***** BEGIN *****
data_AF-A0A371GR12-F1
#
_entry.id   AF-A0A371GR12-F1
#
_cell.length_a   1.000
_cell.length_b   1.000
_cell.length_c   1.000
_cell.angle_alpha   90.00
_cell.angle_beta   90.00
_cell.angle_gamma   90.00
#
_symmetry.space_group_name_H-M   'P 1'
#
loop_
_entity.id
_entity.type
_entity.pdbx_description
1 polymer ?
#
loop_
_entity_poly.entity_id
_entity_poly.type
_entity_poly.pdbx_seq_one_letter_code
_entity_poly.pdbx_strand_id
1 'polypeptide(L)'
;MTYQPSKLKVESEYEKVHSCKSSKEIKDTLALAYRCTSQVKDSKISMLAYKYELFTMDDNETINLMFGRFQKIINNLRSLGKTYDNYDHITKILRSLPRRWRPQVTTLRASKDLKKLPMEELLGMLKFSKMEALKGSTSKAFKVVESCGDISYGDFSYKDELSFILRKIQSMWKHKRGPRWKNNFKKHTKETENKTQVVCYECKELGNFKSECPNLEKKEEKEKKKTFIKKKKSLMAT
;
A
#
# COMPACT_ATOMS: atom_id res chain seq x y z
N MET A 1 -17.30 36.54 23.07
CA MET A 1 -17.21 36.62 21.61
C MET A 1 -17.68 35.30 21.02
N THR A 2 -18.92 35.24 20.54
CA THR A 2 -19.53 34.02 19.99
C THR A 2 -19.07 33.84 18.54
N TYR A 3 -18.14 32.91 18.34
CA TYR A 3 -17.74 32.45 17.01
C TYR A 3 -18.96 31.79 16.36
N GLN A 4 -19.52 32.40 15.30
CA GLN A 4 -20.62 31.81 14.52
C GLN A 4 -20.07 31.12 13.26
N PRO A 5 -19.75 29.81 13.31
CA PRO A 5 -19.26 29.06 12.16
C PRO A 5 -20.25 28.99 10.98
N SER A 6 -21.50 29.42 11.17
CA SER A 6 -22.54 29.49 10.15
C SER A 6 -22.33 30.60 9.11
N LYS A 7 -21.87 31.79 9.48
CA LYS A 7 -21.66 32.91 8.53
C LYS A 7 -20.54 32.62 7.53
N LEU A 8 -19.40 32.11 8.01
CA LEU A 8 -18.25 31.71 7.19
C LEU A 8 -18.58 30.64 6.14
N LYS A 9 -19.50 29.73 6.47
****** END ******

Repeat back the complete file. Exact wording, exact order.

data_AF-A0A371GR12-F1
#
_entry.id   AF-A0A371GR12-F1
#
_cell.length_a   1.000
_cell.length_b   1.000
_cell.length_c   1.000
_cell.angle_alpha   90.00
_cell.angle_beta   90.00
_cell.angle_gamma   90.00
#
_symmetry.space_group_name_H-M   'P 1'
#
loop_
_entity.id
_entity.type
_entity.pdbx_description
1 polymer ?
#
loop_
_entity_poly.entity_id
_entity_poly.type
_entity_poly.pdbx_seq_one_letter_code
_entity_poly.pdbx_strand_id
1 'polypeptide(L)'
;MTYQPSKLKVESEYEKVHSCKSSKEIKDTLALAYRCTSQVKDSKISMLAYKYELFTMDDNETINLMFGRFQKIINNLRSLGKTYDNYDHITKILRSLPRRWRPQVTTLRASKDLKKLPMEELLGMLKFSKMEALKGSTSKAFKVVESCGDISYGDFSYKDELSFILRKIQSMWKHKRGPRWKNNFKKHTKETENKTQVVCYECKELGNFKSECPNLEKKEEKEKKKTFIKKKKSLMAT
;
A
#
# COMPACT_ATOMS: atom_id res chain seq x y z
N MET A 1 -17.30 36.54 23.07
CA MET A 1 -17.21 36.62 21.61
C MET A 1 -17.68 35.30 21.02
N THR A 2 -18.92 35.24 20.54
CA THR A 2 -19.53 34.02 19.99
C THR A 2 -19.07 33.84 18.54
N TYR A 3 -18.14 32.91 18.34
CA TYR A 3 -17.74 32.45 17.01
C TYR A 3 -18.96 31.79 16.36
N GLN A 4 -19.52 32.40 15.30
CA GLN A 4 -20.62 31.81 14.52
C GLN A 4 -20.07 31.12 13.26
N PRO A 5 -19.75 29.81 13.31
CA PRO A 5 -19.26 29.06 12.16
C PRO A 5 -20.25 28.99 10.98
N SER A 6 -21.50 29.42 11.17
CA SER A 6 -22.54 29.49 10.15
C SER A 6 -22.33 30.60 9.11
N LYS A 7 -21.87 31.79 9.48
CA LYS A 7 -21.66 32.91 8.53
C LYS A 7 -20.54 32.62 7.53
N LEU A 8 -19.40 32.11 8.01
CA LEU A 8 -18.25 31.71 7.19
C LEU A 8 -18.58 30.64 6.14
N LYS A 9 -19.50 29.73 6.47